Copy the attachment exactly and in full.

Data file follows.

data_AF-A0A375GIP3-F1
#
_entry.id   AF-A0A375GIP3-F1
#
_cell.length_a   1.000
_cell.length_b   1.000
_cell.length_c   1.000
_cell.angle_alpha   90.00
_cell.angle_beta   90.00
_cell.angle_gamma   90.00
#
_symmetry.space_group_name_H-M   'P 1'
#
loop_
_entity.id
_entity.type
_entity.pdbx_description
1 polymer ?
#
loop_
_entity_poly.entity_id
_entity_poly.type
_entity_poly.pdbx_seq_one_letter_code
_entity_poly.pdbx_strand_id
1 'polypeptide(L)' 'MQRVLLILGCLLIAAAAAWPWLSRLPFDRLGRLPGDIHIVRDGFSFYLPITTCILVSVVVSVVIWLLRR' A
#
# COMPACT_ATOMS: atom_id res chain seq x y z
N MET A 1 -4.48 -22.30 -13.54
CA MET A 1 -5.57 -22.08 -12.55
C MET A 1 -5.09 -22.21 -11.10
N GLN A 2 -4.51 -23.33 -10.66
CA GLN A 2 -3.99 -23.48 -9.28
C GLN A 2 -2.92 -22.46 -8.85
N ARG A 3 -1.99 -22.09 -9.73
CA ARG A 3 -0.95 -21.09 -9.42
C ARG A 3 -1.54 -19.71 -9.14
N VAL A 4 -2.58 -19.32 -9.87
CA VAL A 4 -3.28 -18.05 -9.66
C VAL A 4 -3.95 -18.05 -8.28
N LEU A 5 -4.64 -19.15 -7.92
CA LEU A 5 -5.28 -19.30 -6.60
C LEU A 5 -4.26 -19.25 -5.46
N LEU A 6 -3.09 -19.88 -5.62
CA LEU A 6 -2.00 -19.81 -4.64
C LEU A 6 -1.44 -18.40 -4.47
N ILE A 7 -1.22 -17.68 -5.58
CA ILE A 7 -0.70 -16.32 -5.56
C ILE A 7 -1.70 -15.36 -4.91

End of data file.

data_AF-A0A375GIP3-F1
#
_entry.id   AF-A0A375GIP3-F1
#
_cell.length_a   1.000
_cell.length_b   1.000
_cell.length_c   1.000
_cell.angle_alpha   90.00
_cell.angle_beta   90.00
_cell.angle_gamma   90.00
#
_symmetry.space_group_name_H-M   'P 1'
#
loop_
_entity.id
_entity.type
_entity.pdbx_description
1 polymer ?
#
loop_
_entity_poly.entity_id
_entity_poly.type
_entity_poly.pdbx_seq_one_letter_code
_entity_poly.pdbx_strand_id
1 'polypeptide(L)' 'MQRVLLILGCLLIAAAAAWPWLSRLPFDRLGRLPGDIHIVRDGFSFYLPITTCILVSVVVSVVIWLLRR' A
#
# COMPACT_ATOMS: atom_id res chain seq x y z
N MET A 1 -4.48 -22.30 -13.54
CA MET A 1 -5.57 -22.08 -12.55
C MET A 1 -5.09 -22.21 -11.10
N GLN A 2 -4.51 -23.33 -10.66
CA GLN A 2 -3.99 -23.48 -9.28
C GLN A 2 -2.92 -22.46 -8.85
N ARG A 3 -1.99 -22.09 -9.73
CA ARG A 3 -0.95 -21.09 -9.42
C ARG A 3 -1.54 -19.71 -9.14
N VAL A 4 -2.58 -19.32 -9.87
CA VAL A 4 -3.28 -18.05 -9.66
C VAL A 4 -3.95 -18.05 -8.28
N LEU A 5 -4.64 -19.15 -7.92
CA LEU A 5 -5.28 -19.30 -6.60
C LEU A 5 -4.26 -19.25 -5.46
N LEU A 6 -3.09 -19.88 -5.62
CA LEU A 6 -2.00 -19.81 -4.64
C LEU A 6 -1.44 -18.40 -4.47
N ILE A 7 -1.22 -17.68 -5.58
CA ILE A 7 -0.70 -16.32 -5.56
C ILE A 7 -1.70 -15.36 -4.91